September 14th, 2020Working towards a new COVID normal
Mr Wroe said he, other regional tourism leaders, shire CEOs and the Minister for Tourism Martin Pakula had met last Thursday.
“Apart from little hot spots, regional Victoria is almost entirely free of COVID, or has quite good case numbers. The rolling average is down to five which is the target.”
Mr Wroe said while Melbourne would remain locked down, he believed there was “sufficient pent-up demand” that the opening of the regions would be a real boost to the visitor economy.
He said DMT was ready to roll out a social media campaign targeting key regional areas to get as much visitation as possible. “Hepburn Shire is super reliant on tourism, almost more so than any other region in Victoria, and in terms of visitor/resident ratio we are second only to Phillip Island.”
But while life will not return to normal for some time, Mr Wroe believes the region is well set to pick up once restrictions are further eased and eventually Melbourne is also opened up.
“We have a really strong regional brand and have always said this is the place for indulgence, fantastic food and wine, great local produce and fantastic natural assets. That is what we have been promoting as our regional brand forever and our proximity to Melbourne means we are in the best position to benefit from the bounce back.
“I expect we will have this flood of visitation coming in from the regions and then out of Melbourne, giving us really strong visitation for two or three months. It will dissipate after that, because we are probably moving into some fairly tough economic conditions, but we have a big campaign planned to prop that demand up.
“Obviously, we are always super mindful of the feeling of vulnerability among the community and while I am being bullish about visitation, it is always done with safety considerations in mind. I think it is a mix of good management by Hepburn Shire Council, health services and Victoria Police that we have only ever had two cases in Hepburn Shire and they were months ago. That demonstrates to me that even with a huge amount of visitation, if done properly, you can manage the risk of transmission.”
Hepburn Shire Council CEO Evan King said there was a real balance between businesses desperately needing tourists to return and having that happen in a safe way.
“I think our businesses did a fantastic job last time we came out of restrictions. We had a pretty significant influx of people and there were some challenges with people queuing and milling outside shops, but that’s probably because the shops were doing such a good job following the right protocols. People also need to take responsibility for themselves as well. If you are from Melbourne and you don’t feel well, don’t come up because you are not welcome.”
Mr King said the council wanted to work with businesses and support them as they re-opened. “There are a whole lot of options around that and closing main streets (for larger outdoor dining areas) is one of those under consideration. But we want to be guided by the businesses themselves. We have set up a Business Taskforce and part of that was to get direct feedback on how we can support businesses and come out of COVID-19 and encourage safe tourism at the same time.”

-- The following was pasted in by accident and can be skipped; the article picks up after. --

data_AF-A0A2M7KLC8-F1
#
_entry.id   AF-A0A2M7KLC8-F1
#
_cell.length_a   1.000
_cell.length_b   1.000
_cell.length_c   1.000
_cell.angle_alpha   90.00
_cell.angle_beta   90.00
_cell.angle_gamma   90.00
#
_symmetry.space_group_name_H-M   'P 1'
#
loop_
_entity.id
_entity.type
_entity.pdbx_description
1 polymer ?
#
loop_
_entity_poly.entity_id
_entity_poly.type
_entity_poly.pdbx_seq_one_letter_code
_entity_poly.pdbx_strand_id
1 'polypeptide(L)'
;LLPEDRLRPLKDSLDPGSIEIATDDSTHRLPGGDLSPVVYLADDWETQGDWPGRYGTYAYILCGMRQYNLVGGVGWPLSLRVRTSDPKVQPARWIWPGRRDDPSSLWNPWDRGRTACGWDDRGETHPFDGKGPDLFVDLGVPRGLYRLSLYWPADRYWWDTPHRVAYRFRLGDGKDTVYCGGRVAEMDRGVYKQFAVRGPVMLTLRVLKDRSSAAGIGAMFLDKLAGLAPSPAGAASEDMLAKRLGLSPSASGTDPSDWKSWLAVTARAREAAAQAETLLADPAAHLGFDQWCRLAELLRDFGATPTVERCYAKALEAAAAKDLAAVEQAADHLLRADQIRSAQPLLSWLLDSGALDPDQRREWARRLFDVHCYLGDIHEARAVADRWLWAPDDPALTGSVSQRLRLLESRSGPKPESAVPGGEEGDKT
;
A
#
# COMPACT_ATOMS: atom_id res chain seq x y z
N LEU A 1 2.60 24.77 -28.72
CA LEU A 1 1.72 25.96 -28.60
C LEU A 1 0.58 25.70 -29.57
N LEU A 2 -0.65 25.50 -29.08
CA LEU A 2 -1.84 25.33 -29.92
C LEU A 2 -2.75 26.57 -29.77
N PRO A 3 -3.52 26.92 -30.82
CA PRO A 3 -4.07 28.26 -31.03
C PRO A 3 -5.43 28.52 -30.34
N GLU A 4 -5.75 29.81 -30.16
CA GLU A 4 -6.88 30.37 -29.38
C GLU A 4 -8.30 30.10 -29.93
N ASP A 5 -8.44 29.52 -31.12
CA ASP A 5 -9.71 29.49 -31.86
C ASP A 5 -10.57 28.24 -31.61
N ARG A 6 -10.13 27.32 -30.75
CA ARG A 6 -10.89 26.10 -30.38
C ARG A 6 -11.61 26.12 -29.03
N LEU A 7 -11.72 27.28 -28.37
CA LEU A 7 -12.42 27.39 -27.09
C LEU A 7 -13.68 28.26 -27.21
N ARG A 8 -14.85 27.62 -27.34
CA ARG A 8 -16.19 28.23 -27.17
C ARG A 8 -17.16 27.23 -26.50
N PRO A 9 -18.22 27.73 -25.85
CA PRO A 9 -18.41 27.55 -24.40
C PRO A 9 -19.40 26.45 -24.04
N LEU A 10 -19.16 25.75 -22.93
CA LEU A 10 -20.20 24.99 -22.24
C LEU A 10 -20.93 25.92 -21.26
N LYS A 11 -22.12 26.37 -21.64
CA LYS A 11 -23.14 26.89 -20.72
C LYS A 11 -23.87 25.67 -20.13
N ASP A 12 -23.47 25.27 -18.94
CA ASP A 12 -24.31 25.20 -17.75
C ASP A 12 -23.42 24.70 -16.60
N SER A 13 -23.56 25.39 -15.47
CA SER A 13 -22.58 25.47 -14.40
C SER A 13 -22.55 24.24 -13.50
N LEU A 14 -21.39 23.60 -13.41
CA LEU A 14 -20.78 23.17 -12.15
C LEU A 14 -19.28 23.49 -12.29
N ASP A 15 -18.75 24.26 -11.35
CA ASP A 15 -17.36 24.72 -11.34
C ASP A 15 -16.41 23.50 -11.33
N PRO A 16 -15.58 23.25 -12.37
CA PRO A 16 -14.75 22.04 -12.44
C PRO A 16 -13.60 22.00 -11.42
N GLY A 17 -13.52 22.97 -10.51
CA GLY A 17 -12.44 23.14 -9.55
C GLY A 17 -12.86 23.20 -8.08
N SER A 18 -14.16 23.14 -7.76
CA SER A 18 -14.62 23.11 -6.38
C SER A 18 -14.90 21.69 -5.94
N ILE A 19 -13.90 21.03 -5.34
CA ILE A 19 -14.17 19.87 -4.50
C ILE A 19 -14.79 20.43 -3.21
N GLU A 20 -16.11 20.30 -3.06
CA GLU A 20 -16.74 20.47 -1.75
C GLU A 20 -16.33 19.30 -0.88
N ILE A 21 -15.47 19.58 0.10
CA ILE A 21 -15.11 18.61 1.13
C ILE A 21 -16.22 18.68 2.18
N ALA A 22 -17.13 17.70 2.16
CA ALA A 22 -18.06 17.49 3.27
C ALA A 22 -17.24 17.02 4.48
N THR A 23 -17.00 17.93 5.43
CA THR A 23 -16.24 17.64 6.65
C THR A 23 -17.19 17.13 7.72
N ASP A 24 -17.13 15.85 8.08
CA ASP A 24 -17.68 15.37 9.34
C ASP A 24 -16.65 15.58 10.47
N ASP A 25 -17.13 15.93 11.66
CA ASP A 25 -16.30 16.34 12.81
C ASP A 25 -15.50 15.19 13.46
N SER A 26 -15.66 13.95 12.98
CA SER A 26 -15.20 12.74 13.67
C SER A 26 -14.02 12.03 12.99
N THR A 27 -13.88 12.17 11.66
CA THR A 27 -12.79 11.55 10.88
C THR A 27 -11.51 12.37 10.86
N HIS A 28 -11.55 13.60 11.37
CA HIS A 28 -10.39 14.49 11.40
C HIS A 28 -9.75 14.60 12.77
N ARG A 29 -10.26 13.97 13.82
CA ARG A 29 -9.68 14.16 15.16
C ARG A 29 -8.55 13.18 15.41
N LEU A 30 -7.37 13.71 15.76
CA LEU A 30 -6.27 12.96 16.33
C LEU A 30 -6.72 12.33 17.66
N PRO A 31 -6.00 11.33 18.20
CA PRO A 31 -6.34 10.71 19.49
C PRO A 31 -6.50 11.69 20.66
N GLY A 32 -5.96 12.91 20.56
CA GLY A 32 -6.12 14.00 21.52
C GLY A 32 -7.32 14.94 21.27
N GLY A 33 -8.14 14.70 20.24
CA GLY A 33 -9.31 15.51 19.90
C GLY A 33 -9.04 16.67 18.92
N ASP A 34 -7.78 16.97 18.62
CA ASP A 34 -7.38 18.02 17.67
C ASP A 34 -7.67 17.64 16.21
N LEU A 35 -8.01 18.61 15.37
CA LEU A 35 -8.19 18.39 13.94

Mr King said opening up regional Victoria as the first step of the state’s roadmap was a good move and would see a gradual increase in trade that was relatively safe.
“Metro Melbourne won’t be able to travel until the numbers are also at a really safe level and when they can travel there are a whole range of things we need to do, working with businesses, to make sure it’s safe.”
Daylesford Hotel co-owner Anne-Marie Banting said while she was optimistic that when the regions and eventually Melbourne re-opened, the tourists would return and business would start to recover, it had been a terrible time for hospitality.
“At the moment we can’t do outside dining because the weather is so hit and miss at this time of year but looking to the future when we get good sunny days we can open up the beer garden and the verandah and the front which gives us a fair amount of people even with the four-metre rule.
“And once Melbourne is allowed to visit I think we will have a really good boost.”
Ms Banting said while she agreed with Dan Andrews’ second lockdown for safety’s sake, it was killing hospitality businesses.
“We are all just bleeding and mental health is not great to be honest. But one thing we are lucky to have is our good mates in Daylesford. We all stick together, we all post and share to each other, we all ring each other. We don’t eat out a lot because I love to cook but we spend money at Jen’s (Wine and Cheese Merchant), Hepburn General Store, Harry’s, we have had terrific pizza from Beppe, we get our supplies from Tonna’s, Wombat bread from Lakehouse…we don’t need to shop anywhere else, because we’ve got everything we need right here.”
Meanwhile, in response to a query from The Local about the way forward for Macedon Ranges Shire, a media release said playgrounds will open from Monday, September 14 and the shires’ libraries will be able to offer a ‘Click and Collect’ service.
Outdoor pools can also open from Monday but are not ready for use and will remain closed, the release said.
“Council will look to reopen other community facilities in line with government advice and following appropriate risk assessment processes. Restrictions will be in place as appropriate to ensure the health and safety of the community.”
Words: Donna Kelly